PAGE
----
Women were doing our utmost to keep our households running and our families safe despite all these difficulties. That is why it was very important for us for our community to come together to support women and see things from our perspective as well. At one point, the men in our community declared that “laundry is not essential” when deciding about water rationing, which launched a whole debate on the local radio. Looking back, it was such a funny and ignorant thing to say.

How do women, especially those that are living in small communities in rural Philippines, take part in the fight for climate justice?

LAURICE: I was visiting a small island community months after Odette, and had the opportunity to speak with the women of the local women’s organization. We had a very emotional conversation. Their community was badly hit by storm surges, so the women’s organization mobilized what little resources they had to provide what was needed—food, water, emotional support.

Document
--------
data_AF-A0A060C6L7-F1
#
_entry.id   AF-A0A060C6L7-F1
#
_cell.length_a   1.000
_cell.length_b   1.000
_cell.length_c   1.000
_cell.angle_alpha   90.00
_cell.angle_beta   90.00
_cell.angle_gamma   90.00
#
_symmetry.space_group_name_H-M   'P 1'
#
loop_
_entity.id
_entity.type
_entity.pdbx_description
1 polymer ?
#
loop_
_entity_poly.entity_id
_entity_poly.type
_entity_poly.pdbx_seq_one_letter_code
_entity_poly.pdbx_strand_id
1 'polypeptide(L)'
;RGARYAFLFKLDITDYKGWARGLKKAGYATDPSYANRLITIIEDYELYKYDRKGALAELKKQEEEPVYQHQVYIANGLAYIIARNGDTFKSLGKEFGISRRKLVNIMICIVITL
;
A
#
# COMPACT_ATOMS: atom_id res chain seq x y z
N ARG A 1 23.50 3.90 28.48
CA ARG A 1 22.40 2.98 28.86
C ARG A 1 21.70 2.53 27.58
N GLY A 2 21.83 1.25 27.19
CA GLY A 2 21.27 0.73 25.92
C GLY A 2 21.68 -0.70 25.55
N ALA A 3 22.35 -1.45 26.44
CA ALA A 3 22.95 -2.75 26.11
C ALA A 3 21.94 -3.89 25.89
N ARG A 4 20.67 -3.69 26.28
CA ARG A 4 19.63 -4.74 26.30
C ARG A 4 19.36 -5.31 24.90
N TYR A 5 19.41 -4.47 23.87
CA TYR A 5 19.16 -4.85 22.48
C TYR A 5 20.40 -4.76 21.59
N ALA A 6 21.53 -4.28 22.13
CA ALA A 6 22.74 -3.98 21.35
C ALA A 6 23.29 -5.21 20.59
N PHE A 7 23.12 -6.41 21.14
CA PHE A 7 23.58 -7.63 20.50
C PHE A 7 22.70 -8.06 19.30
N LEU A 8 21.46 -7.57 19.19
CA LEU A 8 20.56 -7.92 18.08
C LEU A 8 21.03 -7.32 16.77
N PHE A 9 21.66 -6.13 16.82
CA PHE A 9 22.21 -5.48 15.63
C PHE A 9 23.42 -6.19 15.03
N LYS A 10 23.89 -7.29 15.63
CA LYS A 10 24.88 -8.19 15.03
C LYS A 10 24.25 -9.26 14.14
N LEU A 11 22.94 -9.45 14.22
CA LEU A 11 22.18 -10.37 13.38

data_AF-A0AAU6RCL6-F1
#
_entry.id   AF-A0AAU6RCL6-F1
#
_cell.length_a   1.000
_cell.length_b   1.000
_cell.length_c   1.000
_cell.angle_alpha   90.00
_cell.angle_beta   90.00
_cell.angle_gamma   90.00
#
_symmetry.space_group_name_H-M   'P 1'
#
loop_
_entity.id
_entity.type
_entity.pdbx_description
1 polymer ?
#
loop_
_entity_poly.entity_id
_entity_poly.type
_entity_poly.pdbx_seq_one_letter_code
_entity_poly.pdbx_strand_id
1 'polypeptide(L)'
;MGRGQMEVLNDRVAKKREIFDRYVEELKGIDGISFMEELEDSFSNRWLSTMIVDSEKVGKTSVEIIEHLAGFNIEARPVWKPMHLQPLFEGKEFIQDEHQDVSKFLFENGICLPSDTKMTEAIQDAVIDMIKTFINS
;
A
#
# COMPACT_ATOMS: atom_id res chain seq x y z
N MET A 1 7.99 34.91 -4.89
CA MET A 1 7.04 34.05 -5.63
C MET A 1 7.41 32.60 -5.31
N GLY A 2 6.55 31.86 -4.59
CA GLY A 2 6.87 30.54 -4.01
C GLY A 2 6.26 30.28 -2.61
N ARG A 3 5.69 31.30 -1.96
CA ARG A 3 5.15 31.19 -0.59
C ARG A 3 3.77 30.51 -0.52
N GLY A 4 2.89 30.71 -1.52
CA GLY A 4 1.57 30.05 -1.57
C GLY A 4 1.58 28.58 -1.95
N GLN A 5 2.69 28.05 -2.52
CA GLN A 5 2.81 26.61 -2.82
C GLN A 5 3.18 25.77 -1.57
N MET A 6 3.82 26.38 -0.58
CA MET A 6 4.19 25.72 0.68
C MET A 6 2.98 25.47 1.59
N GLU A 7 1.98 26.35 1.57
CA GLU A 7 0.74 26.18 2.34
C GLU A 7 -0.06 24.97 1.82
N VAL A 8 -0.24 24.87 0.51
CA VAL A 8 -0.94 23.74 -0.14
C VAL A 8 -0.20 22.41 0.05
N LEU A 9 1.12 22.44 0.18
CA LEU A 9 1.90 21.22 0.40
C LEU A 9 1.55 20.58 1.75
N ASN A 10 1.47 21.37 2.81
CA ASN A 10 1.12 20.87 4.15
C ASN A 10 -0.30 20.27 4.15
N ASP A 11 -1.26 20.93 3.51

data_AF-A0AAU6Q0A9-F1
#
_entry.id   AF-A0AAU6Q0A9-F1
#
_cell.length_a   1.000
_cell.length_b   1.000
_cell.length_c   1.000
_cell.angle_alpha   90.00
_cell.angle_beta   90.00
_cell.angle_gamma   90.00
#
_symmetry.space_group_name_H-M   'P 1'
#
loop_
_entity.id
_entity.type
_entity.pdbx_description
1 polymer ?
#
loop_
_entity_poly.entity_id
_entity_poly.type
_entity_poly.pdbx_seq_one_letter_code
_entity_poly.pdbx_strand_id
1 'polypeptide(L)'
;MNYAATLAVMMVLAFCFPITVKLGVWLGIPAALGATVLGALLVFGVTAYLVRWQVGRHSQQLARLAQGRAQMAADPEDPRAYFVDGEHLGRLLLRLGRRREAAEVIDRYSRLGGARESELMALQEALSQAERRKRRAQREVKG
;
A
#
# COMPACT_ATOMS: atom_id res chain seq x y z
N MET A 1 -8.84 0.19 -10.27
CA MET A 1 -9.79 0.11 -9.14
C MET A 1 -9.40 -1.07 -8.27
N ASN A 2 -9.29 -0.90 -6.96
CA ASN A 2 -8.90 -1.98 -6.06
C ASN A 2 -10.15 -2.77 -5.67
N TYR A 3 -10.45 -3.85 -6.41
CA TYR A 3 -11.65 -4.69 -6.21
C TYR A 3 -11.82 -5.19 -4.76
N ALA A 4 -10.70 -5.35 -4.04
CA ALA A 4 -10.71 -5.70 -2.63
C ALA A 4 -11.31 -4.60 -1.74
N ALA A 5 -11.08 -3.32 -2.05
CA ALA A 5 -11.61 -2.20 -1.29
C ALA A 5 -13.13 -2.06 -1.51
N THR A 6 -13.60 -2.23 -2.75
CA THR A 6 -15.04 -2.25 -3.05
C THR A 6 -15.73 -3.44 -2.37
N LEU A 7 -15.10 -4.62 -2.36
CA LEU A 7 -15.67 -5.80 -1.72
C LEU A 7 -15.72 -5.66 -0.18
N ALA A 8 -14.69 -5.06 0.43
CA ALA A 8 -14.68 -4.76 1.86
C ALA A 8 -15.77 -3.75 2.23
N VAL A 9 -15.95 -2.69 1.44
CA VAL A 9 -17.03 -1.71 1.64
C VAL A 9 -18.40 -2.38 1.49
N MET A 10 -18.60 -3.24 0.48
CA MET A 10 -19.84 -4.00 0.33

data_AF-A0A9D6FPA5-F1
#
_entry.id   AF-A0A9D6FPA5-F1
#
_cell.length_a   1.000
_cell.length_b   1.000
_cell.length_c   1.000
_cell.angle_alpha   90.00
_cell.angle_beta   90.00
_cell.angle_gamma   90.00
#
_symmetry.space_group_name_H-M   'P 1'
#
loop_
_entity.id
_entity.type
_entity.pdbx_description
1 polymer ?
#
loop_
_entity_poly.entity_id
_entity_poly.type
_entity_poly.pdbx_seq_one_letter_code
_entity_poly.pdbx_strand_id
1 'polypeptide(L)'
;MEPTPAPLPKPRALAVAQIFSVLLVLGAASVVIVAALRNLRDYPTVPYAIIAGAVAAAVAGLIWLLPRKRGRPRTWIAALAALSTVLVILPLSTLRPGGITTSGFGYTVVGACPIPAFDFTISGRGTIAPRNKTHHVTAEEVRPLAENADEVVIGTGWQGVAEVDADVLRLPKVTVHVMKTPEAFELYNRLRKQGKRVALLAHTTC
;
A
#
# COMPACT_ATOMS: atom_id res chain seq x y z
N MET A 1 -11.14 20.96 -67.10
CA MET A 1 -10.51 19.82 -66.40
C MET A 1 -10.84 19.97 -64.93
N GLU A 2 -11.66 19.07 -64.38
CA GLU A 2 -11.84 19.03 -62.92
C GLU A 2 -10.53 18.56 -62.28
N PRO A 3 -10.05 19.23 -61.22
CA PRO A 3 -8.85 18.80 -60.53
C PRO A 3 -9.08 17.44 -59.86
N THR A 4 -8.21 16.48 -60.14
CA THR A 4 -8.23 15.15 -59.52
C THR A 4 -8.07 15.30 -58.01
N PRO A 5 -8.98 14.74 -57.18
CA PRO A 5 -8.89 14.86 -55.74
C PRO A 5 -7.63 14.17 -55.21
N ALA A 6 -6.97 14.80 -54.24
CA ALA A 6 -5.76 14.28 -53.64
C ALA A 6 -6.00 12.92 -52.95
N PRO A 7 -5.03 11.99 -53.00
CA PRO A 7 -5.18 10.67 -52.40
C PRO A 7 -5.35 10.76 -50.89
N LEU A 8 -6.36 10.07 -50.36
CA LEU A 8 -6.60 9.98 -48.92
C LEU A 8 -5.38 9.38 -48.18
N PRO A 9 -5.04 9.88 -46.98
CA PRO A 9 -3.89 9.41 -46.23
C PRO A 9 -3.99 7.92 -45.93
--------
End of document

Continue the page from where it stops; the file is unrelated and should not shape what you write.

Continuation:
I came back for a second visit, this time bringing with me some 60 leaders from all over Southeast Asia to meet the women and their community. There the leaders were able to see first hand what loss and damage looked like; the island community, and especially the women, gave a face to an otherwise theoretical, complex and polarizing concept. 

Later that year, through the advocacy of many civil society organizations (including those ran by the Southeast Asian leaders who visited the islands), the Loss and Damage Fund was established. I can’t help but think that the women’s organization played such a huge role in inspiring our local leaders to move more collaboratively and urgently.

What do you love to do in your free time when you’re not doing your usual work?

LAURICE: As much as possible, I try to work only 4 days a week between 9 am and 4 pm, giving me lots of free time in the evenings and keeping my Fridays, Saturdays and Sundays open. I made these adjustments in 2024, which was such a hard thing for me to do, but also necessary to maintain a healthy lifestyle. 

I love to go to the beach (I live on a small island called Panglao blessed with beautiful beaches) and play guitar during my free time. I also like to try my hand at home gardening, and growing our own food.

Where do you find inspiration to continue doing your work?